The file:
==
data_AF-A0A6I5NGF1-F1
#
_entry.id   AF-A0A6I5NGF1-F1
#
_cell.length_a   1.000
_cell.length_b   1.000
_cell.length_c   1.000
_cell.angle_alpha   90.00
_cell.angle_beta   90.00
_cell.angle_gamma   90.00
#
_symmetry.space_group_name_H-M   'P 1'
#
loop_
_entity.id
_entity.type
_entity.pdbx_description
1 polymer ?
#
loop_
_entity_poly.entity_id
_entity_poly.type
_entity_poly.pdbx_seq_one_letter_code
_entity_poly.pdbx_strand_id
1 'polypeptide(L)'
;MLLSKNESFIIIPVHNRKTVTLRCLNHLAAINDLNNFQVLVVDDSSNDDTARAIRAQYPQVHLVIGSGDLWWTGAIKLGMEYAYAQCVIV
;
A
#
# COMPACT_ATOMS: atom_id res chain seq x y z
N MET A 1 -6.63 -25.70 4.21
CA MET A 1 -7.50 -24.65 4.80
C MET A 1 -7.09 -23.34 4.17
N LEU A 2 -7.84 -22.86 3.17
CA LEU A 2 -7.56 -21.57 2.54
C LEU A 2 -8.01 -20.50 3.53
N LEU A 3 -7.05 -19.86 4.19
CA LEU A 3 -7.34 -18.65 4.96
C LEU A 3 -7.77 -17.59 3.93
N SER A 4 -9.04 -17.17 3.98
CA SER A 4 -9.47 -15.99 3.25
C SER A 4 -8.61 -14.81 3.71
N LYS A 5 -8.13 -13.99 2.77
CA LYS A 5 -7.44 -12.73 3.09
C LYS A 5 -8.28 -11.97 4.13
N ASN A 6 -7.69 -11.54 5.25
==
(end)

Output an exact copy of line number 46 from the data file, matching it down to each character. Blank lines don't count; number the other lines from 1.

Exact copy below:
N ASN A 6 -7.69 -11.54 5.25